(Ms Kempson) It was very striking, when we did the work for the DSS, in one of the areas where we were working, we had a very clear picture of the sources of credit available there and what people were doing. In one area, we did a whole series of focus groups, of people who were members of credit unions, or using the Social Fund, or people doing neither, and they painted very graphic pictures of illegal lending, very graphic pictures. To the extent they told us that you knew instantly, because people were getting off the bus with what they called Kwikies bags, Kwik Save bags, because they had to go to the DSS for vouchers, and the vouchers were for Kwik Save, and Kwik Save was not in that neighbourhood. So you knew, if somebody got off the bus, they had to scrounge the bus fare to get to the Kwik Save. But they said, "Oh, you see them getting off with the Kwik Save bags, and we all know that the loan shark's got them; and it happens to all of us," they said, "it happens to all of us, at some time or another, we have no choice." And they were telling us very graphically about all the practices that, anecdotally, we had only heard of before, that 75 per cent of benefit is taken, and they wait at the Post Office they hold the benefit book. So it was much more graphic and much more detailed than anything we had been told before.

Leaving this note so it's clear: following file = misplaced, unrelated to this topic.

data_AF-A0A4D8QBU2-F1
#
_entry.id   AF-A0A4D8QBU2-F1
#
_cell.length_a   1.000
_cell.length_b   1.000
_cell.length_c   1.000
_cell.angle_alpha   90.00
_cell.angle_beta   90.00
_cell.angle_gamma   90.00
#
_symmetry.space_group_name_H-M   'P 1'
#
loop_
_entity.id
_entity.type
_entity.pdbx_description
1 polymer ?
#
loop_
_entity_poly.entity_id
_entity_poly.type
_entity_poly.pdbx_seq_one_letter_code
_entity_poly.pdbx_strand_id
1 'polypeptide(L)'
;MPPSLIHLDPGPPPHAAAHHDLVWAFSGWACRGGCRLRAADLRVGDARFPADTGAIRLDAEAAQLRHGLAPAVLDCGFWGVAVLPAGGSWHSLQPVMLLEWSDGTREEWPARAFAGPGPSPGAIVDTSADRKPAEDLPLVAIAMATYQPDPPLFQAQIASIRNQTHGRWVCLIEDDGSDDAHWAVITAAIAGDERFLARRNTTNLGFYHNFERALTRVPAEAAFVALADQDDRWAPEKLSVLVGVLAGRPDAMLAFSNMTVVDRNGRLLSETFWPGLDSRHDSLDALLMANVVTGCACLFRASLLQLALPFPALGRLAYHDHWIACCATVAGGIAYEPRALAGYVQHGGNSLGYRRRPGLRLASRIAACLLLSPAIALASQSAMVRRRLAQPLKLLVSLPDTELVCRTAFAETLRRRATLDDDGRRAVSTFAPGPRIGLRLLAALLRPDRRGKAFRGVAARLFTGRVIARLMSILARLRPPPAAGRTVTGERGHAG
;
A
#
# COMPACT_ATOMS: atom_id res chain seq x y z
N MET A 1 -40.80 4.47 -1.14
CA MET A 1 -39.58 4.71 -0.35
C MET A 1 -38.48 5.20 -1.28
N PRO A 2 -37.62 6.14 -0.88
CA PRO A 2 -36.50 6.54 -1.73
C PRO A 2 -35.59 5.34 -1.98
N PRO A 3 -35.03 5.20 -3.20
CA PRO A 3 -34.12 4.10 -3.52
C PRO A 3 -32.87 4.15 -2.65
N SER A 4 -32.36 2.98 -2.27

51. It sounds to me as if we have not really got much hope of buying out these people, in order to give low-cost loans, or zero interest rate loans, to people, because these characters are beyond the law, and there is no way that they are going to be bought off easily. It sounds to me as if they are really going to have to be taken on in a different way?
  (Ms Kempson) They are mostly used either because people cannot make ends meet and they have got a creditor pressing them to pay, and back to the benefit levels again, or they are used because people need to replace a cooker, and they have used up all the other sources of credit they have got available to them, and that is when they turn to them.


  52. Is there anything else you would like to say to us, just in conclusion?
  (Ms Kempson) I do not think so. I will probably think of a million things after I have left, but I cannot think of any now.

  Chairman: If you do, we are always in the market for any further thoughts. Thank you very much for your appearance this morning. I know these things take time, and your written evidence is very powerful and will help us enormously in our inquiry. Thank you very much for your appearance.

5   See Appendix 27 p. 217. Back